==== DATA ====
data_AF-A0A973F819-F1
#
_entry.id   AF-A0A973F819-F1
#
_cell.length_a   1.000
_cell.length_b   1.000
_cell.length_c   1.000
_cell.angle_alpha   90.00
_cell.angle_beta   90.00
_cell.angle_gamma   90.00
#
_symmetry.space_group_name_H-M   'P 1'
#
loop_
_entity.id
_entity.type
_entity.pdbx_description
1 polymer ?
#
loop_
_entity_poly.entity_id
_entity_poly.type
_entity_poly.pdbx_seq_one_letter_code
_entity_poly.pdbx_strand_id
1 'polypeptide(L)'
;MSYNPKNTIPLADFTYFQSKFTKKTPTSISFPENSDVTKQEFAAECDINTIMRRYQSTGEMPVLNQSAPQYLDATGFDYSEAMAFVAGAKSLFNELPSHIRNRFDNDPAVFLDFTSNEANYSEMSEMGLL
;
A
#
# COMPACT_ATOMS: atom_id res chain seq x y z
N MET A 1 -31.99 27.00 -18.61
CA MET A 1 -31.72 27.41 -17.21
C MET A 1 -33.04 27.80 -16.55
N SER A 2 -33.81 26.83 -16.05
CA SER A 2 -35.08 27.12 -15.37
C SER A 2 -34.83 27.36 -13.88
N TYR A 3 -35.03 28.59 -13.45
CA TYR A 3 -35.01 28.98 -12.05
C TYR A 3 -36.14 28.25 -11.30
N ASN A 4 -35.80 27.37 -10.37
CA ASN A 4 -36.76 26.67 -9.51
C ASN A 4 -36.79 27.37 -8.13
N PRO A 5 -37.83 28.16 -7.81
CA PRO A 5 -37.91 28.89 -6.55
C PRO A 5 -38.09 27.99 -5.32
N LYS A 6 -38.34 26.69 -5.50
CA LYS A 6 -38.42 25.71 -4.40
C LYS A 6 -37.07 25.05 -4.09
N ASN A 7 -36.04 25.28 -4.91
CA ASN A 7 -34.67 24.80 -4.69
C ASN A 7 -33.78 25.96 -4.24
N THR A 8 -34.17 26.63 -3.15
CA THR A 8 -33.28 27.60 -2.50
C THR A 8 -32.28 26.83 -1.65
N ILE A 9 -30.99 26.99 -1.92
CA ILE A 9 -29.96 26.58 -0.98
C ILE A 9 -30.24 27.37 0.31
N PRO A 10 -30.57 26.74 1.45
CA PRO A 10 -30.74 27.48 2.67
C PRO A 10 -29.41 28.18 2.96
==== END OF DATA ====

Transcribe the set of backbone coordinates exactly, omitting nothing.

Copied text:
data_AF-A0A973F819-F1
#
_entry.id   AF-A0A973F819-F1
#
_cell.length_a   1.000
_cell.length_b   1.000
_cell.length_c   1.000
_cell.angle_alpha   90.00
_cell.angle_beta   90.00
_cell.angle_gamma   90.00
#
_symmetry.space_group_name_H-M   'P 1'
#
loop_
_entity.id
_entity.type
_entity.pdbx_description
1 polymer ?
#
loop_
_entity_poly.entity_id
_entity_poly.type
_entity_poly.pdbx_seq_one_letter_code
_entity_poly.pdbx_strand_id
1 'polypeptide(L)'
;MSYNPKNTIPLADFTYFQSKFTKKTPTSISFPENSDVTKQEFAAECDINTIMRRYQSTGEMPVLNQSAPQYLDATGFDYSEAMAFVAGAKSLFNELPSHIRNRFDNDPAVFLDFTSNEANYSEMSEMGLL
;
A
#
# COMPACT_ATOMS: atom_id res chain seq x y z
N MET A 1 -31.99 27.00 -18.61
CA MET A 1 -31.72 27.41 -17.21
C MET A 1 -33.04 27.80 -16.55
N SER A 2 -33.81 26.83 -16.05
CA SER A 2 -35.08 27.12 -15.37
C SER A 2 -34.83 27.36 -13.88
N TYR A 3 -35.03 28.59 -13.45
CA TYR A 3 -35.01 28.98 -12.05
C TYR A 3 -36.14 28.25 -11.30
N ASN A 4 -35.80 27.37 -10.37
CA ASN A 4 -36.76 26.67 -9.51
C ASN A 4 -36.79 27.37 -8.13
N PRO A 5 -37.83 28.16 -7.81
CA PRO A 5 -37.91 28.89 -6.55
C PRO A 5 -38.09 27.99 -5.32
N LYS A 6 -38.34 26.69 -5.50
CA LYS A 6 -38.42 25.71 -4.40
C LYS A 6 -37.07 25.05 -4.09
N ASN A 7 -36.04 25.28 -4.91
CA ASN A 7 -34.67 24.80 -4.69
C ASN A 7 -33.78 25.96 -4.24
N THR A 8 -34.17 26.63 -3.15
CA THR A 8 -33.28 27.60 -2.50
C THR A 8 -32.28 26.83 -1.65
N ILE A 9 -30.99 26.99 -1.92
CA ILE A 9 -29.96 26.58 -0.98
C ILE A 9 -30.24 27.37 0.31
N PRO A 10 -30.57 26.74 1.45
CA PRO A 10 -30.74 27.48 2.67
C PRO A 10 -29.41 28.18 2.96